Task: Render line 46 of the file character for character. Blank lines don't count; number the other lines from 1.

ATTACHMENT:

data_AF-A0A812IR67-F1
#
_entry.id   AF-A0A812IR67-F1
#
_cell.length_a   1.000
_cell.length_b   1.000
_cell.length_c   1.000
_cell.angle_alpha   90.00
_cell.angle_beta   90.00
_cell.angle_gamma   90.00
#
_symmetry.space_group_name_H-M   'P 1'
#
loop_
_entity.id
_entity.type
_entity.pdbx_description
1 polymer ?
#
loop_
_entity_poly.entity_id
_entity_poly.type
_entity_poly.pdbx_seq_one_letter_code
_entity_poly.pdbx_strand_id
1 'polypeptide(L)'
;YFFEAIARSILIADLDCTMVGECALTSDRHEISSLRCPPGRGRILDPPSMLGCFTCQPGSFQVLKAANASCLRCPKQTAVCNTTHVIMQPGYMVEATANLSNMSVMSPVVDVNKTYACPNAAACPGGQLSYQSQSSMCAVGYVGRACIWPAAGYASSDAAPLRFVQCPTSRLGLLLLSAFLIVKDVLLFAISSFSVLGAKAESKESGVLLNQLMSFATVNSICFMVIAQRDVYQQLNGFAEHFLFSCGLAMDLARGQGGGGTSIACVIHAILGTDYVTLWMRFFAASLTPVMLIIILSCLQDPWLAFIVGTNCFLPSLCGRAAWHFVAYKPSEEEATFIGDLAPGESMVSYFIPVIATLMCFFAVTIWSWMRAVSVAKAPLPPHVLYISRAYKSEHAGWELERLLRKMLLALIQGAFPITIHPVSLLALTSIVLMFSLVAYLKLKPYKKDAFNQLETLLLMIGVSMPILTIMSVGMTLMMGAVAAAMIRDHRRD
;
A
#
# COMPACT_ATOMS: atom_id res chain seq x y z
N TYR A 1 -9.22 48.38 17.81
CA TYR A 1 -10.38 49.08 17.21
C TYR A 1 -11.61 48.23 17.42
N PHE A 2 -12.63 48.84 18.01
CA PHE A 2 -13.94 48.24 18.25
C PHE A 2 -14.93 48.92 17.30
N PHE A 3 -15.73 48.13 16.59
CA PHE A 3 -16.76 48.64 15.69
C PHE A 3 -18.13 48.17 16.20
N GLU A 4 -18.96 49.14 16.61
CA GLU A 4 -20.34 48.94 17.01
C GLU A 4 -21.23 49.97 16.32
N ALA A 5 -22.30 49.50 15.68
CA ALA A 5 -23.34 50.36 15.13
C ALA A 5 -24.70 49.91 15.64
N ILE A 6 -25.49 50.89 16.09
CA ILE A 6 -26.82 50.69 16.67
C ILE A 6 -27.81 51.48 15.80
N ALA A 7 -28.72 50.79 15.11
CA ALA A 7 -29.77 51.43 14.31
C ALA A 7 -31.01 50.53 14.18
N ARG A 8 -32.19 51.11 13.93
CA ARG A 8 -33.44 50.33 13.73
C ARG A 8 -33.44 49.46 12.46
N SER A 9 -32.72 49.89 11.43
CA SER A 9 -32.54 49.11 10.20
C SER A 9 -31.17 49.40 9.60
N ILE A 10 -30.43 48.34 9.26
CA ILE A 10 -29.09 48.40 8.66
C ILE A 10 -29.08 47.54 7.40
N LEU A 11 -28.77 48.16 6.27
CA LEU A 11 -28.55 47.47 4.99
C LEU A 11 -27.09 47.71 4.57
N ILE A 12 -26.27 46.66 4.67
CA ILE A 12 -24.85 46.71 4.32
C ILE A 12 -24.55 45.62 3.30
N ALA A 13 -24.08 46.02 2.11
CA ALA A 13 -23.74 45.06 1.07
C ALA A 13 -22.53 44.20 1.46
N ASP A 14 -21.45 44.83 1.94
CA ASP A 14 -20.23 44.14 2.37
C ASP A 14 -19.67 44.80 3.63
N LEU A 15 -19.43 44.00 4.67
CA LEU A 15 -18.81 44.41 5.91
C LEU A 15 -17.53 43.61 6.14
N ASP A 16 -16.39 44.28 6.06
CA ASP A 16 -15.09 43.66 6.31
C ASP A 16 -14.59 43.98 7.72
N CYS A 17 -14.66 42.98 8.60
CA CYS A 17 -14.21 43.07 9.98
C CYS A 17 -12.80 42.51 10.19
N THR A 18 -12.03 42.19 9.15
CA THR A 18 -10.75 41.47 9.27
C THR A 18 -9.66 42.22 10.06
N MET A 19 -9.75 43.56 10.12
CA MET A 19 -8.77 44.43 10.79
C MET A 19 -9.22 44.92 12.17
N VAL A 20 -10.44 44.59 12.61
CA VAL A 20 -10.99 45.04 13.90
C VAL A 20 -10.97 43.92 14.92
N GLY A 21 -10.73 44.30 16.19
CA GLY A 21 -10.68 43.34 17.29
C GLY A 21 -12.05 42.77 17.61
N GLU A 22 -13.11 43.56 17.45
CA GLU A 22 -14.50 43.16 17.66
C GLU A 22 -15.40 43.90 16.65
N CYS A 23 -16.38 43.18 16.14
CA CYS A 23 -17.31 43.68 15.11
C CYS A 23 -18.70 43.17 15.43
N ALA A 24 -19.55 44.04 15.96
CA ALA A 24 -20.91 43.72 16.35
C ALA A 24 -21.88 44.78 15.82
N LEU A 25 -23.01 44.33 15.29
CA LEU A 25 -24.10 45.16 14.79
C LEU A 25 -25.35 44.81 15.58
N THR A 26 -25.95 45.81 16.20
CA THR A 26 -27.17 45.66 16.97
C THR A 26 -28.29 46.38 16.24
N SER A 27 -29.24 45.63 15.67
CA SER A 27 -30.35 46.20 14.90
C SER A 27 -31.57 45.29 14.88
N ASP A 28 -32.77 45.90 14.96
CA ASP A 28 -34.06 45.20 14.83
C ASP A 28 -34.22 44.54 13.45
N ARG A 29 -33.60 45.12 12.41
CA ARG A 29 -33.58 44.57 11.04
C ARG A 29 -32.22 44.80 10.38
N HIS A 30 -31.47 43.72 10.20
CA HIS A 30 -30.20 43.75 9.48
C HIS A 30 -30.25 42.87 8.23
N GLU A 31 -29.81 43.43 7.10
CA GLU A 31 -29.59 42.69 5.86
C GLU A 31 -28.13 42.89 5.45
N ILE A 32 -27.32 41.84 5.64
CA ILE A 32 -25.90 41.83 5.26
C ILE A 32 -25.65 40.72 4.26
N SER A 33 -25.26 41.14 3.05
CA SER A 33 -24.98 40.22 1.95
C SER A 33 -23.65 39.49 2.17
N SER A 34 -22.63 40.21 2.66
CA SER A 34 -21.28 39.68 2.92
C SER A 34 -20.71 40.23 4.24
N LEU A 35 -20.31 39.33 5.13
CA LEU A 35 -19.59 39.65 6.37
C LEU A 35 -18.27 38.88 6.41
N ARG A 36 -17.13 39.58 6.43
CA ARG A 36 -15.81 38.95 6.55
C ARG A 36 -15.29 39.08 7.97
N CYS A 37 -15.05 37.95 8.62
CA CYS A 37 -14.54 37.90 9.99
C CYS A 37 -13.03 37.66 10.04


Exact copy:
N ILE A 6 -25.49 50.89 16.09